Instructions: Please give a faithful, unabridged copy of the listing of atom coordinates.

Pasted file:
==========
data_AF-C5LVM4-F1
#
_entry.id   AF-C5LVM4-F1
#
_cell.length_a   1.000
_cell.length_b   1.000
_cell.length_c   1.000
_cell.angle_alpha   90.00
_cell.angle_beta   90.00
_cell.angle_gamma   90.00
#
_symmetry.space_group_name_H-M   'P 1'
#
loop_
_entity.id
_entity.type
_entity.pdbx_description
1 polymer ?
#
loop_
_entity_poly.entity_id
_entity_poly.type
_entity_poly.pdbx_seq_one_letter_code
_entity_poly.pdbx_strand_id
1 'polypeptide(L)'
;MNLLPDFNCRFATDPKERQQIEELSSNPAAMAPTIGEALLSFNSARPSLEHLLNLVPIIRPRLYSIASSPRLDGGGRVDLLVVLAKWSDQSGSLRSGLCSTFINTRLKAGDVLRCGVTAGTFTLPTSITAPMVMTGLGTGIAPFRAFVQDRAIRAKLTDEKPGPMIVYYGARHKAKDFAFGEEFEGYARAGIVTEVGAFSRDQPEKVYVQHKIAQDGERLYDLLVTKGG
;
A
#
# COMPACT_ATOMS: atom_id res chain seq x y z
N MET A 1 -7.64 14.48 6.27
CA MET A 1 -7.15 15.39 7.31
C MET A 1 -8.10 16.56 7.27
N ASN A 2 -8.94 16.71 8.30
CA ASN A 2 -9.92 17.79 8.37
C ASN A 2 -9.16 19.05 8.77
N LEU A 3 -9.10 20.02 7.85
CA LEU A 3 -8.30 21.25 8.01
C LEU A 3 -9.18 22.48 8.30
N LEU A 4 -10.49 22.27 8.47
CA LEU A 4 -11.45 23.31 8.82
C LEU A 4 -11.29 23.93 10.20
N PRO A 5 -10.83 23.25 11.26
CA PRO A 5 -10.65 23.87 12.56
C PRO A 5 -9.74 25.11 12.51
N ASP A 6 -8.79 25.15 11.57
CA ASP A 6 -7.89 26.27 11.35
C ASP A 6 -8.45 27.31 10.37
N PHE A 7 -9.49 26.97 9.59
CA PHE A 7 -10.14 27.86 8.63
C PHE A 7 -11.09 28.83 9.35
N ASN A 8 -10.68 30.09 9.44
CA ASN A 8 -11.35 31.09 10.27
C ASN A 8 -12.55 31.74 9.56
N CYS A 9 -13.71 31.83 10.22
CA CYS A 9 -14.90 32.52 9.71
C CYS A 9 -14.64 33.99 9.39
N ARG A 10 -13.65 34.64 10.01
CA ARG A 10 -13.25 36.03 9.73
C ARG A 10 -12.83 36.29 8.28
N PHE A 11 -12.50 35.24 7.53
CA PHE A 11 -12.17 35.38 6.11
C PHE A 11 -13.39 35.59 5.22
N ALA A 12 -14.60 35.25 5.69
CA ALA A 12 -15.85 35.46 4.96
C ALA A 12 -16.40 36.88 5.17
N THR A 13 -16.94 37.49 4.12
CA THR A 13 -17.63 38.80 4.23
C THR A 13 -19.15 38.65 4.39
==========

data_AF-C5LVM4-F1
#
_entry.id   AF-C5LVM4-F1
#
_cell.length_a   1.000
_cell.length_b   1.000
_cell.length_c   1.000
_cell.angle_alpha   90.00
_cell.angle_beta   90.00
_cell.angle_gamma   90.00
#
_symmetry.space_group_name_H-M   'P 1'
#
loop_
_entity.id
_entity.type
_entity.pdbx_description
1 polymer ?
#
loop_
_entity_poly.entity_id
_entity_poly.type
_entity_poly.pdbx_seq_one_letter_code
_entity_poly.pdbx_strand_id
1 'polypeptide(L)'
;MNLLPDFNCRFATDPKERQQIEELSSNPAAMAPTIGEALLSFNSARPSLEHLLNLVPIIRPRLYSIASSPRLDGGGRVDLLVVLAKWSDQSGSLRSGLCSTFINTRLKAGDVLRCGVTAGTFTLPTSITAPMVMTGLGTGIAPFRAFVQDRAIRAKLTDEKPGPMIVYYGARHKAKDFAFGEEFEGYARAGIVTEVGAFSRDQPEKVYVQHKIAQDGERLYDLLVTKGG
;
A
#
# COMPACT_ATOMS: atom_id res chain seq x y z
N MET A 1 -7.64 14.48 6.27
CA MET A 1 -7.15 15.39 7.31
C MET A 1 -8.10 16.56 7.27
N ASN A 2 -8.94 16.71 8.30
CA ASN A 2 -9.92 17.79 8.37
C ASN A 2 -9.16 19.05 8.77
N LEU A 3 -9.10 20.02 7.85
CA LEU A 3 -8.30 21.25 8.01
C LEU A 3 -9.18 22.48 8.30
N LEU A 4 -10.49 22.27 8.47
CA LEU A 4 -11.45 23.31 8.82
C LEU A 4 -11.29 23.93 10.20
N PRO A 5 -10.83 23.25 11.26
CA PRO A 5 -10.65 23.87 12.56
C PRO A 5 -9.74 25.11 12.51
N ASP A 6 -8.79 25.15 11.57
CA ASP A 6 -7.89 26.27 11.35
C ASP A 6 -8.45 27.31 10.37
N PHE A 7 -9.49 26.97 9.59
CA PHE A 7 -10.14 27.86 8.63
C PHE A 7 -11.09 28.83 9.35
N ASN A 8 -10.68 30.09 9.44
CA ASN A 8 -11.35 31.09 10.27
C ASN A 8 -12.55 31.74 9.56
N CYS A 9 -13.71 31.83 10.22
CA CYS A 9 -14.90 32.52 9.71
C CYS A 9 -14.64 33.99 9.39
N ARG A 10 -13.65 34.64 10.01
CA ARG A 10 -13.25 36.03 9.73
C ARG A 10 -12.83 36.29 8.28
N PHE A 11 -12.50 35.24 7.53
CA PHE A 11 -12.17 35.38 6.11
C PHE A 11 -13.39 35.59 5.22
N ALA A 12 -14.60 35.25 5.69
CA ALA A 12 -15.85 35.46 4.96
C ALA A 12 -16.40 36.88 5.17
N THR A 13 -16.94 37.49 4.12
CA THR A 13 -17.63 38.80 4.23
C THR A 13 -19.15 38.65 4.39